This is an extended version of a comment I left on an article by science writer and physicist at Oxford University Dr David Robert Grimes in the Irish Times. The article is titled ‘Ideological fixations can lead people to believe what they want to believe’. In it, the author describes how quantitative information ‘can be distorted by people’s political bias’, and how ‘ we are quite statistically innumerate and easily misled’.

largestnumber

Via OMG Science Is Like Totally Cool

It’s unfortunate that the author -who denounces ‘poor statistical reasoning in media’- has become a factor in the social phenomenon he has set out to denounce. He has used dodgy evidence to support his claim of a ‘vast gulf’ between what the public thinks is true and what is true in fact. If such a ‘chasm’ is indeed vast, the author has just widened it.

Let’s ‘think like scientists’, and evaluate the evidence for the claims made in this article ‘in a critical and detached manner’, as the author recommends.

To support his claim that there is a ‘vast gulf between what is popularly accepted and what is objectively true’, the author says ‘almost half the country are (sic) under the impression that politicians receive the most money from the public purse’. This evidence is from an Irish Times survey question, which reads as follows:

‘Which of the following groups receive the most from the public purse in terms of direct payments to them?’

48% of those surveyed answered ‘politicians’. The Irish Times said the correct answer was ‘Welfare recipients’. The author agrees.

But there are also excellent grounds for answering ‘politicians’. The majority of welfare recipients and the majority of public servants receive a lot less in direct payments from the public purse than an elected TD.  The question is unreliable, then, and so too is the relevant evidence provided by the author.

Why doesn’t such a question strike even people with considerable experience of scientific research as patently bogus? Why isn’t it obvious that such a question has been fashioned in order to confirm a particular conception of what and how the public thinks – indeed, what the public is?

It isn’t hard to imagine a plausible genesis of this question. Let’s momentarily cast scientific rigour to the wind, and speculate that it happened something like this. Political correspondent has conversations with politicians who complain to him about members of the public complaining how much they hate politicians, how overpaid they are, and so on and so forth. Political correspondent thinks some of the politicians he meets are dacent spuds and that the public, as is its wont, is being unreasonable. Political correspondent automatically dismisses possibility that calls for cuts to politician pay are based not on statistical innumeracy and ignorance, but a sense that someone who earns lots of money by everyday standards has no business taking decisions that impoverish those who are already struggling financially. Political correspondent thinks, what kind of a question can I come up with to measure the rabblement’s ignorance on this particular point? Political correspondent contacts polling company. Question is formulated.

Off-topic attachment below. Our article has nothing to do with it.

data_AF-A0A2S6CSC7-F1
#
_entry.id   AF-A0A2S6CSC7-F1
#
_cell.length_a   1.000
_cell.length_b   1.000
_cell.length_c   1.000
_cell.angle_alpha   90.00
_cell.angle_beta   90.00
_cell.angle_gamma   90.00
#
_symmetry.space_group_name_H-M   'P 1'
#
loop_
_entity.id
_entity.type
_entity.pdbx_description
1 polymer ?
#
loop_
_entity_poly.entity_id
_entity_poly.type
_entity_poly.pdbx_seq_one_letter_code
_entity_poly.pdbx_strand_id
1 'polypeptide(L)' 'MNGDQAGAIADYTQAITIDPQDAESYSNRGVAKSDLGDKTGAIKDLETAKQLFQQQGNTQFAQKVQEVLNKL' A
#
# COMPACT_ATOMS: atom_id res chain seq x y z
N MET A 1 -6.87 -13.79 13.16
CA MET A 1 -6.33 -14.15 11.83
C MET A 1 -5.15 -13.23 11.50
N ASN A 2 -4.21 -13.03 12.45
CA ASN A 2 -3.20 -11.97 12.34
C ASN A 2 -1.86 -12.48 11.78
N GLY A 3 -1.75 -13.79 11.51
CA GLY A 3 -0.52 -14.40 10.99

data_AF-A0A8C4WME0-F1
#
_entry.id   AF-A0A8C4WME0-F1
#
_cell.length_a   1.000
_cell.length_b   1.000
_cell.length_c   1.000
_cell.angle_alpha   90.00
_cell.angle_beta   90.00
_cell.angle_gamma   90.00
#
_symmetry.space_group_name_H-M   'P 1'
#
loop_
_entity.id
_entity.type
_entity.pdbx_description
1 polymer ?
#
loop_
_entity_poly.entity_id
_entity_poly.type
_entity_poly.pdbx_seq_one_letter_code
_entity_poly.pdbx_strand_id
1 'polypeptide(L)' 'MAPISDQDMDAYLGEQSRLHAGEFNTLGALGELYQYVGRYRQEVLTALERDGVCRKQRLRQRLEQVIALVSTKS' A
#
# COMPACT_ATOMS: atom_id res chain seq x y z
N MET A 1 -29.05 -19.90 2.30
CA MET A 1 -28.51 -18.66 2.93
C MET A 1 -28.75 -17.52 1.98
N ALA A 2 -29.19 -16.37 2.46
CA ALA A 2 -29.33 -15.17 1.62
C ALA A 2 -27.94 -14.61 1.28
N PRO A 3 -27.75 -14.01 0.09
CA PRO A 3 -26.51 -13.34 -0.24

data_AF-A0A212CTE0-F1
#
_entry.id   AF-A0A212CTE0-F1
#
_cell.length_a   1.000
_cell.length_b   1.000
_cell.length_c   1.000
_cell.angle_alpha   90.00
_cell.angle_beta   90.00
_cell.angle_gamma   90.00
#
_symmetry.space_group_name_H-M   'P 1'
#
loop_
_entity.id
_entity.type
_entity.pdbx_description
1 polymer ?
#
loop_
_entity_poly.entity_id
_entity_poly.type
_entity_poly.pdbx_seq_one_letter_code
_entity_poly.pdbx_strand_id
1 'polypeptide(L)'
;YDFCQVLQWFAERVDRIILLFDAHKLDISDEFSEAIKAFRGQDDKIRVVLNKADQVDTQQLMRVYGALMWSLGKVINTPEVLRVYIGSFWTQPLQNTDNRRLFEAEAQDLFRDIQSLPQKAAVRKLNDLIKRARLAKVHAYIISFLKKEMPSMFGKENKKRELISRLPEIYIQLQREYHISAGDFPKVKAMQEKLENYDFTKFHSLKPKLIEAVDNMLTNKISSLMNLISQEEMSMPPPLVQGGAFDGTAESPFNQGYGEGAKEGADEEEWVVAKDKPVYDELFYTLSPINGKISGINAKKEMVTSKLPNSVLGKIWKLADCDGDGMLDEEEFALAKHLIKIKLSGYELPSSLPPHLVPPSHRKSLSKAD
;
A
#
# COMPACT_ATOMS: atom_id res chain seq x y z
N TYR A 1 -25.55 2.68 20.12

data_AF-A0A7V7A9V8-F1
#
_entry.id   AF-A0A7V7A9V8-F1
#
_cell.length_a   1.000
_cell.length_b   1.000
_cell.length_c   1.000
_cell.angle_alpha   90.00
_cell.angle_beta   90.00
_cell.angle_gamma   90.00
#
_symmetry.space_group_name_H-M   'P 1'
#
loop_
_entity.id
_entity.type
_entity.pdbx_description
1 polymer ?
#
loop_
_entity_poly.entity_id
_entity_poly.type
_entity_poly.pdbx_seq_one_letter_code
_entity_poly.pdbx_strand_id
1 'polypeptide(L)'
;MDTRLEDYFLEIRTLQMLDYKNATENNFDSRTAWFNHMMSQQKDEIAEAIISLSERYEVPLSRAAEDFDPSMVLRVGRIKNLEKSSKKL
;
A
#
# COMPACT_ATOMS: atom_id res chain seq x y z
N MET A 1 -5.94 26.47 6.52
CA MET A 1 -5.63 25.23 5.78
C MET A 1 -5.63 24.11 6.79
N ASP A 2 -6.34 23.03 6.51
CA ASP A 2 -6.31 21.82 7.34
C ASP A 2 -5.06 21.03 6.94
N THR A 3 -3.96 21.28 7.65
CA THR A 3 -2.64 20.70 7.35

Granted, it mightn’t have happened like this at all. It may just be that poorly formulated multiple choice guess questions with arbitrarily selected answers conform to the most respected scientific methods for establishing how well the public is informed. Which wouldn’t make such an approach any more reliable, but never mind.

The irony here is that the author’s dodgy evidence effectively supports his own claims about ‘our tendency to acknowledge evidence which agrees with our views and to disregard conflicting evidence’, and ‘ideological fixation’. If you’re convinced the public is poorly informed, you’ll seek out evidence that confirms this belief, even when the evidence doesn’t conform to the minimum standards of scientific rigour you might otherwise demand: what the author describes as ‘confirmation bias’.

The irony is compounded by the fact that his claims are published in the same organ that initially produced the dodgy evidence. It isn’t the author’s fault, but this is an organ which only yesterday published the headline that ‘Reports of welfare fraud’ –reports– had risen by 2500%. The detail of the article revealed that only 16 per cent of reports analysed –reports analysed, not reports on the whole- had led to payments being stopped.

In other words, 84% of welfare fraud reports analysed (there was no indication of the sample size) were based on nothing more than prejudice, a consideration that troubled neither the Department of Social Protection nor the Irish Times. (At the last time of checking, the report was also claiming that 8,350 was more than half of 21,000). By sheer coincidence, the same organ on the same day published a cotton wool-soft piece on the Minister for Social Protection, Joan Burton. Perhaps this tells us something about why the Irish Times might publish articles that confirm the view that the public is dangerously ignorant.